Currently braving its most serious financial crisis to date, the EU’s integration projects face grave challenges. Under the current difficult economic conditions, the question needs to be asked whether the EU will be able to maintain its active role in the Common Foreign and Security Policy (CFSP) or become victim of a possible European trend towards renationalisation. In this regard, the EU’s stabilizing factor in regional peace processes – in particular in the Western Balkans – could be seriously affected by the financial, economic and social troubles inside the EU.

From Self-defence to Regional Disarmament: Reducing tensions and stabilising the South Caucasus - Study Notes

These study group notes are a compilation of the presentations and discussions of the 9th RSSC SG workshop, held from 20-22 March 2014, in Istanbul, aimed at discussing the concept of security as seen from the demilitarization or disarmament point of view, juxtaposed against the South Caucasus countries’ socio-economic policies. In short, this workshop aimed at discussing not the balance of power between the actors, but the balance of spending between guns and butter. The events in Ukraine had a stark warning for the South Caucasus; failure to address pressing socioeconomic issues could haunt the regimes in place.

What Kind of Sovereignty? Examining Alternative Governance Methods in the South Caucasus - Study Notes

These study group notes are a compilation of the presentations and discussions of the 8th Regional Stability in the South Caucasus Study Group workshop. The workshop was designed to test the boundaries of conflict resolution. Under the title “What Kind of Sovereignty? Examining Alternative Models of Governance in the South Caucasus”, it aimed at exploring the definition of terms and concepts surrounding governance, and to determine whether their application cannot be allocated among conflicting actors, or better yet, put in common.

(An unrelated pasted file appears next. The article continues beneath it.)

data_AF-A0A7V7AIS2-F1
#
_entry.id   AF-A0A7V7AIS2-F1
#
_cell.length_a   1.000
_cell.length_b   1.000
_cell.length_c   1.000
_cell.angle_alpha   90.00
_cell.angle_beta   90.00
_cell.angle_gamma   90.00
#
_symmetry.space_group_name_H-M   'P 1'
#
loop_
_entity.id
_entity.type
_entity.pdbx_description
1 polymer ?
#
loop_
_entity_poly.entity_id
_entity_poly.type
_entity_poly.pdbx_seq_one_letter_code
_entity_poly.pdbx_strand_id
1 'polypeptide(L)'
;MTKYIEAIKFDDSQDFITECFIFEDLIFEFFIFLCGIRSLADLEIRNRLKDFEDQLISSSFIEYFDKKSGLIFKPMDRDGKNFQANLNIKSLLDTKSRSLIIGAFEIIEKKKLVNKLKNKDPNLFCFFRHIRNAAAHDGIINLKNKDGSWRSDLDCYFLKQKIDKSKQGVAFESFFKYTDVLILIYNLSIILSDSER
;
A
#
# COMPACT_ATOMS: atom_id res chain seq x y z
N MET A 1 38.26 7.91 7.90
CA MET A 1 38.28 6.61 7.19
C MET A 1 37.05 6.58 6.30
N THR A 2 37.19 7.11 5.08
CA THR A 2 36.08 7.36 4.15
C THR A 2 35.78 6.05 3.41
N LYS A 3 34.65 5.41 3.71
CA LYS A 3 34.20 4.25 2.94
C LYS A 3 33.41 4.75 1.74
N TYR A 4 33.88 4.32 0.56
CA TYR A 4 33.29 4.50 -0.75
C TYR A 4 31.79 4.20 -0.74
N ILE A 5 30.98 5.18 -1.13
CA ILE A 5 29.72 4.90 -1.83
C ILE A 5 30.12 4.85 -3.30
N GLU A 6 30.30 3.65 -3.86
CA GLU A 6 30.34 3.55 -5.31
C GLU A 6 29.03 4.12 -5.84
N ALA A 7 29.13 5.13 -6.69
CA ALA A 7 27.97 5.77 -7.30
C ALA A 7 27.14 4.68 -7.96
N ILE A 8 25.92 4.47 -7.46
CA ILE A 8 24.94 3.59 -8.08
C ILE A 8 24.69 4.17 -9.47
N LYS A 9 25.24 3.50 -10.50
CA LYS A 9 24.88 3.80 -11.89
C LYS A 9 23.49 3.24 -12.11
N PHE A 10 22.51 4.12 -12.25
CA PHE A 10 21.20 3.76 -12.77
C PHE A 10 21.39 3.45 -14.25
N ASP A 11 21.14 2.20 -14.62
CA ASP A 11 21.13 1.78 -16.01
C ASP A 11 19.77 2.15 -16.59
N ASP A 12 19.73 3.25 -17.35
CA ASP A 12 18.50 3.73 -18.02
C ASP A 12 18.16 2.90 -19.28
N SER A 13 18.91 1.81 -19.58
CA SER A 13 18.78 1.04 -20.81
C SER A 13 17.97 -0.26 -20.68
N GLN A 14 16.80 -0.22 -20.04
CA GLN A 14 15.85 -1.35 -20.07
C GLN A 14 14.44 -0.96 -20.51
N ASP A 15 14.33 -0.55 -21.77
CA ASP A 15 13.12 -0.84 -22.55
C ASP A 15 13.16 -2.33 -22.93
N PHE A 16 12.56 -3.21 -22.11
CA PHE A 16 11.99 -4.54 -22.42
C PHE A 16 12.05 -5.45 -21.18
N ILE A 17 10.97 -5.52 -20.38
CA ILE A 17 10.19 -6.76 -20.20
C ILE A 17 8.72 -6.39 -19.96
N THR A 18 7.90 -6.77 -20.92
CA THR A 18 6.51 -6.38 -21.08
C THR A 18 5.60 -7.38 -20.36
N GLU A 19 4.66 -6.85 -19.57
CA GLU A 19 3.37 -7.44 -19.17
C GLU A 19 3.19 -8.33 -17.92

Building Confidence in the South Caucasus: Strengthening the EU’s and NATO’s Soft Security Initiatives - Study Notes

This is a compilation of the presentations and discussions of the seventh workshop of the Regional Stability in the South Caucasus (RSSC) Study Group, that convened from 14 to 16 March 2013 in Tbilisi, Georgia. Under the overarching title of “Building Confidence in the South Caucasus: Strengthening the EU's and NATO's Soft Security Initiatives” it explored initiatives that aimed to build confidence in the South Caucasus, via the activities of the civil society, the EU and NATO.

De-conflicting Protracted Conflicts in the South Caucasus: The Role of the EU and NATO - Study Notes

These study notes were produced by the Regional Security in the South Caucasus Study Group, which held its 6th workshop at Reichenau, Austria, from November 8-11 2012. The format of the workshop was based on the successful Regional Stability in South East Europe Study Group, and its thematic concept aims at gradually bringing parties from the region to discuss and form policy recommendations on security issues and conflict resolution ideas starting from a high-level strategic outlook towards resolving particular issues of tension.